Asbestos Exposure in Oklahoma
Over the years, Oklahoma, also known as the Sooner State, has endured a large toll of asbestos exposure, with over 500 recorded fatalities attributed to asbestosis and mesothelioma. These diseases target the lungs, abdomen, and heart cavity linings, and are extremely deadly once contracted.
Mesothelioma, specifically linked to asbestos exposure, has emerged as a significant concern, leaving victims and their families grappling with the devastating consequences. Asbestos, a naturally occurring mineral prized for its heat resistance and durability, has been extensively used in various industries. However, the harmful effects of asbestos fibers, easily released into the air during mining, manufacturing, and product use, have resulted in a heightened risk of developing debilitating diseases.
Although asbestos usage has significantly declined in recent years, the lasting impact of past exposure continues to follow Oklahoma’s residents, inflicting not only physical trauma but also emotional and financial ones that end up more costly in the end. This is why it is important for Oklahoma residents to prepare themselves with enough information to navigate the threats of asbestos exposure in their state properly.
Occupational Exposure in the Sooner State
Top industries affected by the carcinogen include agriculture, oil, gas, and manufacturing. Thousands of employees and nearby residents could have been exposed while at worksite areas in Oklahoma causing many deaths.
The state is a top-5 oil and natural gas producer in the United States. Oil and gas production involves heavy fireproofing and heat protection, which typically involves asbestos in older buildings. Several oil and natural gas sites throughout Oklahoma have been listed on the United States Environmental Protection Agency’s (EPA) Superfund National Priorities List, a database of toxic or contaminated sites throughout the United States. Some oil companies responsible for exposure include Conoco, Sinclair Oil, Ultramar Diamond, Sunoco, and Gary-Williams Energy.
As a top industry in the area, agriculture relied on certain equipment that often contained the toxin. The agriculture industry also relies on natural gas, oil, and manufacturing for operation, which often used carcinogens during the mid-1900s. Farming equipment made before regulations could have contained the toxin in insulation, brakes, gaskets, and valves.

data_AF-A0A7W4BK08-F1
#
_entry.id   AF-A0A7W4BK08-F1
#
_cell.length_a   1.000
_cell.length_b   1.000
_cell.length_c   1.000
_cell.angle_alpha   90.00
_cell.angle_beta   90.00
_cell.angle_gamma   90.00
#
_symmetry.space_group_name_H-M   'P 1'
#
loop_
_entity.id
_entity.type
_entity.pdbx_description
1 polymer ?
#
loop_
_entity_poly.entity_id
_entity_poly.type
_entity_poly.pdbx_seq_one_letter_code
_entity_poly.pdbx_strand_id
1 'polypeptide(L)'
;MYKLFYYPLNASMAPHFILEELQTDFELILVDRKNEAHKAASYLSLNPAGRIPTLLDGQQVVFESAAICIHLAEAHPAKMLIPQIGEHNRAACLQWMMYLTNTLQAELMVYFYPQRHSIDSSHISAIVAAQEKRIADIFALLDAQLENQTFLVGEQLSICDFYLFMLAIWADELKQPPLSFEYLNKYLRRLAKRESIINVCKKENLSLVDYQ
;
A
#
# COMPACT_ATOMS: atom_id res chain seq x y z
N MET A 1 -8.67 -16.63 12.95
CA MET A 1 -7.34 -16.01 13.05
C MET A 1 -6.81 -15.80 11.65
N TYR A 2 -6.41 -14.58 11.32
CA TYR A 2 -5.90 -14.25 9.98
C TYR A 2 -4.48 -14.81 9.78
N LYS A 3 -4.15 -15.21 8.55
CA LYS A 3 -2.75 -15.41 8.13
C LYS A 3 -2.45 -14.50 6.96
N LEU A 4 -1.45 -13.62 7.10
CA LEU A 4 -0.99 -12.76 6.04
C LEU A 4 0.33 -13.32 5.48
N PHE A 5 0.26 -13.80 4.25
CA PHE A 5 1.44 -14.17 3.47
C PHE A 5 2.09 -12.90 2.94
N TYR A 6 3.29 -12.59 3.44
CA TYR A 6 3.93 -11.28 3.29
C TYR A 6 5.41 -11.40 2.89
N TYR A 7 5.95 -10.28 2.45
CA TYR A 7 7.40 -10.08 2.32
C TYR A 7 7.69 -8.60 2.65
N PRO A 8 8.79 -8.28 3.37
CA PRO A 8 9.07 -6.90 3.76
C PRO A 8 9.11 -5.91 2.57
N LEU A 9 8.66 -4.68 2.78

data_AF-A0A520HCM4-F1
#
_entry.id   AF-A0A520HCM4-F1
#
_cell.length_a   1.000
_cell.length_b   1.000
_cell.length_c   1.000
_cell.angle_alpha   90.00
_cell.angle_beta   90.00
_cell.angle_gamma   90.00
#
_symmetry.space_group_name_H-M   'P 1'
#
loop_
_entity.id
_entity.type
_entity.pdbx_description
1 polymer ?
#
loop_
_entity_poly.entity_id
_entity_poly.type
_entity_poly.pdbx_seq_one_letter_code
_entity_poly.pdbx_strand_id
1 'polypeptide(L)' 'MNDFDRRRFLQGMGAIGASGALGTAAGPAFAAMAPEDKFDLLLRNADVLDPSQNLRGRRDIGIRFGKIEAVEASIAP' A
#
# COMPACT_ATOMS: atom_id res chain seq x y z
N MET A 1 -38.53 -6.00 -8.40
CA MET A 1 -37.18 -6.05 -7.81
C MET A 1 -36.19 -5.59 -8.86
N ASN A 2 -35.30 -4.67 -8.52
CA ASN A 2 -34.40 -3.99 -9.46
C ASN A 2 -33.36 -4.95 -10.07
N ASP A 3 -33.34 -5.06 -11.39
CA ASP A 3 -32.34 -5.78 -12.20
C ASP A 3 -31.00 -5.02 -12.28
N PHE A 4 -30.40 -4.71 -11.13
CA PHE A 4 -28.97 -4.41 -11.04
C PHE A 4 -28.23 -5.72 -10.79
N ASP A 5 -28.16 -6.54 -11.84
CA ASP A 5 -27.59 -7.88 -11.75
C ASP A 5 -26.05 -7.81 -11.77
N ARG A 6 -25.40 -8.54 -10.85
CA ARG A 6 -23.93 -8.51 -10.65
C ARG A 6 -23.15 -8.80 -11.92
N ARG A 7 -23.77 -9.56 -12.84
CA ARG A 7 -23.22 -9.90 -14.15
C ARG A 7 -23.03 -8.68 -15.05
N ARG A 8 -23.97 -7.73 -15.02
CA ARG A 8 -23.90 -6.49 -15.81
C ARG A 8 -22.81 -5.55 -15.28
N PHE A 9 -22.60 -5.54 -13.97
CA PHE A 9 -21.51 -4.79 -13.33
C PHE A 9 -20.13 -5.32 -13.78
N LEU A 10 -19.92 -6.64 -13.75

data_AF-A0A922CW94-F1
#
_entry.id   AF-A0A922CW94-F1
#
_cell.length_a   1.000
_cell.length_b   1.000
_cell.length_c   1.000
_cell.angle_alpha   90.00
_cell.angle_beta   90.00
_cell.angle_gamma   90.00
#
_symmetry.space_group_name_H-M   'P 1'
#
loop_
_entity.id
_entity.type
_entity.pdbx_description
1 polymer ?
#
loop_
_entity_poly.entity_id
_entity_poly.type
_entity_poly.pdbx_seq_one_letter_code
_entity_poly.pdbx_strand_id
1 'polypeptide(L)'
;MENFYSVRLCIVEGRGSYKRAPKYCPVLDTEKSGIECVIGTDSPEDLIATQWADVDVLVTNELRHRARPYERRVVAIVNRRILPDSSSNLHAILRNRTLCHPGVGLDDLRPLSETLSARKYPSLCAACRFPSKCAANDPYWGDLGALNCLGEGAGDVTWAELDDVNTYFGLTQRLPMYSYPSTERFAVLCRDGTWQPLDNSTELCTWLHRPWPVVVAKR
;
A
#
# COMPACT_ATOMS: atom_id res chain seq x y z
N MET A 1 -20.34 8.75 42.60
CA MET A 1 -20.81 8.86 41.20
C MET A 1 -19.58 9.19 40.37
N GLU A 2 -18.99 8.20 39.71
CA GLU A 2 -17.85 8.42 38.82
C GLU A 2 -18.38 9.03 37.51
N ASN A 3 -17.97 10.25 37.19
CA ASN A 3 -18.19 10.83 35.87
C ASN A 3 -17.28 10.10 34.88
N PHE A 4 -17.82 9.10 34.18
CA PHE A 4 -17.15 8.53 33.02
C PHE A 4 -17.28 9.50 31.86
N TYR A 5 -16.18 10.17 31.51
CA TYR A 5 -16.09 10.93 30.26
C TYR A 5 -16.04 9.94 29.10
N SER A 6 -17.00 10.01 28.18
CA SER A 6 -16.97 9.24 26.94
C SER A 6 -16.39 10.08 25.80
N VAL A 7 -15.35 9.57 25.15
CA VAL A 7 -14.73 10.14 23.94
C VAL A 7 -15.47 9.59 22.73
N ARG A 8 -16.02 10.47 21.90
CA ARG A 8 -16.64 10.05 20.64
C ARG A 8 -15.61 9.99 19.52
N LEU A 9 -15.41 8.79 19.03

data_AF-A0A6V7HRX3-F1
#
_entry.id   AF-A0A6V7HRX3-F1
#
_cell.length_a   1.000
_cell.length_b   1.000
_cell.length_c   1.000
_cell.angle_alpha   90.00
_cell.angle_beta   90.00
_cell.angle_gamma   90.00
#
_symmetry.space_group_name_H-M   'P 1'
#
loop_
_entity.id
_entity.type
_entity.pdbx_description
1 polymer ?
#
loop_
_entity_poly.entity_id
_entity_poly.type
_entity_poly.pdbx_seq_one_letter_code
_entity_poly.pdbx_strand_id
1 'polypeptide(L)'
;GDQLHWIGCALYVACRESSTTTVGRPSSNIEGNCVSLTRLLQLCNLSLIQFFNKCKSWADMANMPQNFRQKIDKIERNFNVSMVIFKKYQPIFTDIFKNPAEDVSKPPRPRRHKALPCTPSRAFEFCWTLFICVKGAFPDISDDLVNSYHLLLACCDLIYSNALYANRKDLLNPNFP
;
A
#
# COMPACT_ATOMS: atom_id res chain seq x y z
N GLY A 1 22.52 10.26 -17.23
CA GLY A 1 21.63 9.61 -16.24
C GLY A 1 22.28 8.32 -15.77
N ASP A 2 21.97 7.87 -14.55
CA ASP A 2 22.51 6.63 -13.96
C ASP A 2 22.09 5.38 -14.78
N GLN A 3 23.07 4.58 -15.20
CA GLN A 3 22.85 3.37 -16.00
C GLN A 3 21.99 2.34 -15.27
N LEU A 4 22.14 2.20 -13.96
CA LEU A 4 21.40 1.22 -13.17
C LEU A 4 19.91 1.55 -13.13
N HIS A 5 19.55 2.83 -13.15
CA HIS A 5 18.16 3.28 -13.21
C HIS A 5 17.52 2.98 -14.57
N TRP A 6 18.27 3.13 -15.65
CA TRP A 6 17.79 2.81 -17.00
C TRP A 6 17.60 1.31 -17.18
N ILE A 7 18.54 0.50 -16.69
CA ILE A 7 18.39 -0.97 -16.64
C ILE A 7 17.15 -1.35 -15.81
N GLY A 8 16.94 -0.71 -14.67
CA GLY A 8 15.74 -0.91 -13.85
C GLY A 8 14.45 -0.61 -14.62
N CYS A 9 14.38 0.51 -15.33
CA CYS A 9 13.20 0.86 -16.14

Hudson Refinery Contamination
The Hudson Refinery, operating from 1922 to 1982 in Payne County, holds a significant place in Oklahoma’s industrial history. This site encompassed aboveground storage tanks (ASTs), wastewater treatment impoundments, separators, stained soils, a land treatment unit, and friable asbestos-contaminated material, as reported by the EPA. Over the course of its operations, the refinery activities led to the contamination of soil, groundwater, surface water, and sediment, leaving a long-lasting environmental impact.
The EPA designated the 200-acre property as a National Superfund site, which initiated a comprehensive cleanup effort spanning 16 years from 1999 to 2015. The completion of this cleanup marked a significant milestone in addressing the pollution legacy left behind by the Hudson Refinery. This wouldn’t be the last time the EPA would get involved.
Fourth Street Abandoned Refinery
During the mid-20th century, the Fourth Street Refinery played a prominent role in Oklahoma City. Operating from the 1940s to the 1960s, this refinery engaged in various activities, including waste disposal, which resulted in soil and groundwater contamination with hazardous chemicals. The EPA’s intervention led to the discovery of asbestos contamination, further exacerbating the environmental hazards associated with the site.